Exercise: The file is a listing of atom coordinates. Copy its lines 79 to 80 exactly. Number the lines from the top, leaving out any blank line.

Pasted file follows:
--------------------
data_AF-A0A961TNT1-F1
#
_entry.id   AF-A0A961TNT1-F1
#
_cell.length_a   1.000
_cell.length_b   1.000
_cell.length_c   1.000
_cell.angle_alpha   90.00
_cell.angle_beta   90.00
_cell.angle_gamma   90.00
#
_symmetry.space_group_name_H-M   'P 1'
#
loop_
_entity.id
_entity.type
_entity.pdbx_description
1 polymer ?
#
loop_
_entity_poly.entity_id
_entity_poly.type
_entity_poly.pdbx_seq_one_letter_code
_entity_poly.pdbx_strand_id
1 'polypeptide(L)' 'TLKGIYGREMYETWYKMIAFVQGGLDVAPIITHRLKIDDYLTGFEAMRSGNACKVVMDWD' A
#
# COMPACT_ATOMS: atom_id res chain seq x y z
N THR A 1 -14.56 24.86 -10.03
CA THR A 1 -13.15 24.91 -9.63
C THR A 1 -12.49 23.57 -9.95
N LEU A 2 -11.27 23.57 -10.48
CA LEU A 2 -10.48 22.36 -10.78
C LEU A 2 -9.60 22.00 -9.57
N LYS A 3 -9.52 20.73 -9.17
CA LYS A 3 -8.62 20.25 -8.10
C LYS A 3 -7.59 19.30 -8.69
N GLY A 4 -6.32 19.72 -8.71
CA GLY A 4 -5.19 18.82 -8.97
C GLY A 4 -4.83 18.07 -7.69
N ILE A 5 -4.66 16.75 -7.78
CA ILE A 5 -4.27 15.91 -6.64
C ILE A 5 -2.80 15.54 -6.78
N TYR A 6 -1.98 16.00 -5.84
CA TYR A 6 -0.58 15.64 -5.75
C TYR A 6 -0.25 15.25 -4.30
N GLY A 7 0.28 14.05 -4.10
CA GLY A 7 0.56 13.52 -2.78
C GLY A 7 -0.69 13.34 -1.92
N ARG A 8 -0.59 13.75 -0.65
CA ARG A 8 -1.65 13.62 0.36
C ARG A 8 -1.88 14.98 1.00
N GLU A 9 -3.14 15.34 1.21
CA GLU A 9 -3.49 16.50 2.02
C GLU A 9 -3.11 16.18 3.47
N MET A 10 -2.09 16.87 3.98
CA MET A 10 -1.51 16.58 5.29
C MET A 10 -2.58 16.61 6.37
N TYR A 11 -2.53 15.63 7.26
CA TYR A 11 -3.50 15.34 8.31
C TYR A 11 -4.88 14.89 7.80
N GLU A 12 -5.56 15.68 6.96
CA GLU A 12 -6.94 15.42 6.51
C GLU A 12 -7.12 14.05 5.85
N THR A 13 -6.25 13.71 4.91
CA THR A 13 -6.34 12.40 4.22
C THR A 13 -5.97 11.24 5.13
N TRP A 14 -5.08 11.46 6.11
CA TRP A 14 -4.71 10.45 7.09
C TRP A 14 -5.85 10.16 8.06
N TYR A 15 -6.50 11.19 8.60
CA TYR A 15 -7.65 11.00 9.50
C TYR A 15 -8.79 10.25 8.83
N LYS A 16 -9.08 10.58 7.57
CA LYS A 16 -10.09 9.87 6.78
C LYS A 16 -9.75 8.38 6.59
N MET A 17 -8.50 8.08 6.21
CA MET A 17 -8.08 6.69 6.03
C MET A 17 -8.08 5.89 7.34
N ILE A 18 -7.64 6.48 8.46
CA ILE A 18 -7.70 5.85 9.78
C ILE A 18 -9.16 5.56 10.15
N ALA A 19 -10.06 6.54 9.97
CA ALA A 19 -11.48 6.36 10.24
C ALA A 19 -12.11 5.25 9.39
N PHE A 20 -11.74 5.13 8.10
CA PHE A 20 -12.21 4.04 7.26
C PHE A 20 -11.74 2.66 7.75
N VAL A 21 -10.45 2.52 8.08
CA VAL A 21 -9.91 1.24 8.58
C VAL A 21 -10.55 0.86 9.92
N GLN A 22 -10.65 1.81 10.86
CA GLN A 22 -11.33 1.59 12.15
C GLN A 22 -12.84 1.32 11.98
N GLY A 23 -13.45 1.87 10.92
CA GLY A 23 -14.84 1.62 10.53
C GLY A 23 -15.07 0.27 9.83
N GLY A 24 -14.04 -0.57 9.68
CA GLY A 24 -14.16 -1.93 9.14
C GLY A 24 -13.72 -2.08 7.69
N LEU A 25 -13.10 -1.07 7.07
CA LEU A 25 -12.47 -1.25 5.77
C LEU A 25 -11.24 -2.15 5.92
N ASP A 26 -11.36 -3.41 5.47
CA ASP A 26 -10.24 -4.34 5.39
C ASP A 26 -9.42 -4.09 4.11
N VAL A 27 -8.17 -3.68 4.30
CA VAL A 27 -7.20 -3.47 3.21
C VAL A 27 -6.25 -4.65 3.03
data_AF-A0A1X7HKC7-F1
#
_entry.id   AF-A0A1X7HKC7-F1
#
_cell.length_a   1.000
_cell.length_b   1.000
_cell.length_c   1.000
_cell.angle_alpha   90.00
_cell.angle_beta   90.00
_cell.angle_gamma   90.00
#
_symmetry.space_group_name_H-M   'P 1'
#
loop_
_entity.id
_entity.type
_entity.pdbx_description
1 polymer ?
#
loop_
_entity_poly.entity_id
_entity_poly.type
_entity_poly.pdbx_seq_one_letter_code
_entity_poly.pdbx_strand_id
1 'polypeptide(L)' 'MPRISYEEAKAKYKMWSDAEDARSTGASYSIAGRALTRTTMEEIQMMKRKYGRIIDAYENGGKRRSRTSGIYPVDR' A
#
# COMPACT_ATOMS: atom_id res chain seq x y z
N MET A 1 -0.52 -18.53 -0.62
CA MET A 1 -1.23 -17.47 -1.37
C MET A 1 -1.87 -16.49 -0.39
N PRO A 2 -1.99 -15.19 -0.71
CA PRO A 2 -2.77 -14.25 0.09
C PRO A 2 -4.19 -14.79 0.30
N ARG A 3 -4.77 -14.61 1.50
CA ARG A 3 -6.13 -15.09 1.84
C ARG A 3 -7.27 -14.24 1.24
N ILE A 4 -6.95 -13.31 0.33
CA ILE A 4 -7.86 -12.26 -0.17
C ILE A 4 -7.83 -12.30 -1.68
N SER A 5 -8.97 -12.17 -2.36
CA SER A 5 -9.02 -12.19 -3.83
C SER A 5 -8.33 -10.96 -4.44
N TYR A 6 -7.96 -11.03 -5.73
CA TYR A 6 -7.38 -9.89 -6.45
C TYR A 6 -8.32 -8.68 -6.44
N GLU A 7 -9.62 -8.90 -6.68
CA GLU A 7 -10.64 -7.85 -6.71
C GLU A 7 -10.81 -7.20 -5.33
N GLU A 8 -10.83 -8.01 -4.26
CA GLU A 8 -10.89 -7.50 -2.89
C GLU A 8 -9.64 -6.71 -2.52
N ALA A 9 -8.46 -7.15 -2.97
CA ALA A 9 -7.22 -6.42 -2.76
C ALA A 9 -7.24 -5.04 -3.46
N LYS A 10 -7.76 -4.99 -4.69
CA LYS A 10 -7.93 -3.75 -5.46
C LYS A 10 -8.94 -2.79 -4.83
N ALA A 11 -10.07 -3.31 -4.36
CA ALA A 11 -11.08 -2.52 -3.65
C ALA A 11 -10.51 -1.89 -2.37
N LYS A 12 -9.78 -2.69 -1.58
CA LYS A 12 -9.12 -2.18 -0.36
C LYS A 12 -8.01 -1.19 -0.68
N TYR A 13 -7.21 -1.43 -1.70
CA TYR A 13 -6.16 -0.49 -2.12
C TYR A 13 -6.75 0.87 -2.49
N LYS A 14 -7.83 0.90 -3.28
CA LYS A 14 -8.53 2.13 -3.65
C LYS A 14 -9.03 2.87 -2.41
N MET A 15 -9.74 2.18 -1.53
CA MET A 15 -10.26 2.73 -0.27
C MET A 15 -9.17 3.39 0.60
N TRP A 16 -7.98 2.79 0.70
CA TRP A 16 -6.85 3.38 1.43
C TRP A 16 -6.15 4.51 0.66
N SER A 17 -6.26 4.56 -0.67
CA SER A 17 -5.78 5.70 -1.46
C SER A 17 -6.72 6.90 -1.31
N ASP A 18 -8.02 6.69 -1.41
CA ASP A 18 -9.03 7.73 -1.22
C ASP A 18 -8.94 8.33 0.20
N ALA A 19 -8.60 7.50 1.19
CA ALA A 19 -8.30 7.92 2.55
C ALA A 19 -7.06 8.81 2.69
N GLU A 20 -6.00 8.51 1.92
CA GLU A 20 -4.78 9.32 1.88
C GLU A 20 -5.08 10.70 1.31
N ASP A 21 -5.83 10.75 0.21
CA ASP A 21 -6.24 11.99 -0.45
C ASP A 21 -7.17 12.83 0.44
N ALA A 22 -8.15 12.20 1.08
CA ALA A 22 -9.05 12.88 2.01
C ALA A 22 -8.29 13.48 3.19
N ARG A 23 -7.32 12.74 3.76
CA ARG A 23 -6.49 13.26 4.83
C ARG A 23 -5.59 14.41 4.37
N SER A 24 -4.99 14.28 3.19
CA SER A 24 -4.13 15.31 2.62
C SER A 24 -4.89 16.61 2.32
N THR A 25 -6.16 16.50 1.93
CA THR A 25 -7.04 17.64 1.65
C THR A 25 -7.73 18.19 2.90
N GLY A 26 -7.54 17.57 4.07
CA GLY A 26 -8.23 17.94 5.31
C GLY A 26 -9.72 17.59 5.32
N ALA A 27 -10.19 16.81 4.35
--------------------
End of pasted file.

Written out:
N ILE A 18 -7.64 6.48 8.46
CA ILE A 18 -7.70 5.85 9.78